At minimum, the investigation shouldn’t stop until we find out, conclusively, that Wilkins wasn’t involved in harassing his boss’s political opponents. If investigators find out that Wilkins was involved, then the investigation must continue. Anything less wouldn’t be acceptable.
Tags: IRS Investigation, Clare Booth Luce Policy Institute, IRS Audit, Michelle Easton, Donor List, NAACP vs. Alabama, SCOTUS, Darrell Issa, GOP, Wiliam Wilkins, IRS Chief Counsel, Political Appointees, Jack Lew, President Obama, Culture of Corruption, Democrats
President Potter and his administration have tried ignoring the transcript fiasco because they can’t justify their actions. That’s because the potential ramifications are significant. Let’s look at some of those potential ramifications:
- admission to major; some degree programs like the aviation major require a 2.5 GPA, Social Work requires a 2.6
- transferring to other universities with specific GPA requirements
- getting accepted into law or medical school
- keeping a student on good academic standing (typically a 2.0 “C” average) to qualify for financial aid.
- Getting scholarships, which typically requires higher GPA’s
- Students who get a grade removed might get a refund
- Allowing a student to take the same class a 3rd time without instructor permission because their 2nd F was scrubbed from the transcript (SCSU Chemistry problem)
Before getting into these potential benefits, let’s remember that the transcript fiasco isn’t just about changing Fs to Ws (Ws are the code for Withdrawals). In numerous instances, it’s been verified that a student’s participation in a class just disappeared from the student’s transcript.
This has happened frequently enough to the point that professors have started calling these disappearing grades “poofs”. HINT: When something happens often enough to get a nickname, it’s happening too frequently. But I digress.
President Potter hasn’t talked about whether the poofs have helped students get into majors that require higher GPAs. It isn’t a stretch, though, to think that an administration that’s deleting a student’s participation in a class from their transcripts would think about deleting grades to help a student get into a major.
Another specific question that President Potter hasn’t addressed is whether students have benefited from a poof in getting a scholarship. That’s a big question, especially if a poof student got a scholarship over a student who worked hard and got better grades without getting ‘administrative assistance.’
Does President Potter think it’s ok for students to get poofed, then get accepted into law school or medical school? I’m not saying that’s happening. I’m simply saying that it’s a possibility.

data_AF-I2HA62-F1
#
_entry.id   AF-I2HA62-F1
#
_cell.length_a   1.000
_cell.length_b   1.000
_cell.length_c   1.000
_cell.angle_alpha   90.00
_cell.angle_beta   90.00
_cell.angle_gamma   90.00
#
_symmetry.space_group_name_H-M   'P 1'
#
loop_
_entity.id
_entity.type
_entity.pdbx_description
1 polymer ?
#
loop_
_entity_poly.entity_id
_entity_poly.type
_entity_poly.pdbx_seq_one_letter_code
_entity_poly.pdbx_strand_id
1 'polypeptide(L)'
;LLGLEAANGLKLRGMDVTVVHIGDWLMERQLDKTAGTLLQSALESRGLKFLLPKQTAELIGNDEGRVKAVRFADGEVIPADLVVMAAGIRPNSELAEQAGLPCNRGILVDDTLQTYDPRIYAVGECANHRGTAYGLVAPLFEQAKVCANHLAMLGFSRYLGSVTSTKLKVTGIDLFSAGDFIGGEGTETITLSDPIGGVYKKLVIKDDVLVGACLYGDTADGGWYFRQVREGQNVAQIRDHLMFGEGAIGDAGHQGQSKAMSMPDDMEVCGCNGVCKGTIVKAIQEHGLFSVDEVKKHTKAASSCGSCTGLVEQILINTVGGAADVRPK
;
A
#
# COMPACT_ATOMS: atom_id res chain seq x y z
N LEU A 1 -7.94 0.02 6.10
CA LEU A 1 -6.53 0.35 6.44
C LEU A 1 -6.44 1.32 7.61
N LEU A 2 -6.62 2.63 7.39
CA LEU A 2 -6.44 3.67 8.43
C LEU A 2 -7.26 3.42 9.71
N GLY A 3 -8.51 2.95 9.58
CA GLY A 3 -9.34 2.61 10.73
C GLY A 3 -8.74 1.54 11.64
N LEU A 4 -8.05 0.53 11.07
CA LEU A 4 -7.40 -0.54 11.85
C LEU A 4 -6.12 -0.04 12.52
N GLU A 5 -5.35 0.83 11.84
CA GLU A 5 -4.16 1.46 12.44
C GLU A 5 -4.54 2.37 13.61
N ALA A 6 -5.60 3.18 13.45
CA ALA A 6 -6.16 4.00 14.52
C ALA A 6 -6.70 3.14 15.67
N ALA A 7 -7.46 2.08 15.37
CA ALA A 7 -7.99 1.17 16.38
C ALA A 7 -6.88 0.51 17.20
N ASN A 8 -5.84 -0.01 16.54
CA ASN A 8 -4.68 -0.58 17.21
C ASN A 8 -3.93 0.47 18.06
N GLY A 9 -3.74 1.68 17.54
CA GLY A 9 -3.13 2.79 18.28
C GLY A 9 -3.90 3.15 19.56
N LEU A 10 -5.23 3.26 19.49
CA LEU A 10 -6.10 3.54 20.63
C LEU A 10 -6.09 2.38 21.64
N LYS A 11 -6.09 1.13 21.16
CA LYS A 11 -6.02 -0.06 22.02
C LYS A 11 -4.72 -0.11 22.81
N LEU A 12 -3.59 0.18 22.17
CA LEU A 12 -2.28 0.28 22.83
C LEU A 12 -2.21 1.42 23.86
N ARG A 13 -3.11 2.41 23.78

There’s another possibility I didn’t list earlier. How would employers feel if they hired a student straight out of college who had benefited from a poof? Would they be angry that the university had given that employer an inaccurate picture of a student’s academic accomplishments?
Here’s what Adam Hammer, Director of Media Relations and Publications for SCSU, said about the transcript fiasco:
In addressing this concern at a meet and confirm meeting conducted amongst university professors and administration, Hammer said the cause for concern primarily dealt with late drops and withdrawals.
Here’s what Devinder Maholtra said in a memo in January:
Recently, questions about student registration and transcript changes, specifically late withdrawals and drops, at St. Cloud State University have been reported in a few media outlets.
Notice the slight change in wording? Hammer said the cause for concern “primarily dealt with late drops and withdrawals.” Maholtra’s statement said that questions about transcript changes dealt with “specifically late drops and withdrawals.” Maholtra’s statement could’ve swapped out the word specifically and swapped in the word exclusively without changing the meaning of the sentence. If you swapped out the word primarily from Hammer’s statement and replaced it with exclusively, the meaning of the sentence would change significantly.
The specific question I’d direct to Mr. Hammer is simple: What other transcript changes were made besides late withdrawals and drops? Is Mr. Hammer not talking about the poofs? Is that intentional? That’s a distinct possibility, isn’t it?
I don’t expect brilliance from the MSNBC crowd and I’m never disappointed. This post by Steve Benen is instructive, though, on the Democrats’ strategy for the growing IRS scandal. Some of Mr. Benen’s statements are downright boneheaded. Others are just silly. First, he quoted from something from the Huffington Post:
J. Russell George, the IRS inspector general, told the House Oversight Committee that only in the past few weeks has he become aware of documents showing that the IRS screened progressive groups in addition to conservative ones. George said he was “disturbed” by the fact that these documents were not provided to his team of investigators prior to the audit’s release and that he was continuing to investigate the issue.
“I am concerned that there may be additional pieces of information that we don’t have,” he said. “I’m very concerned about that sir.”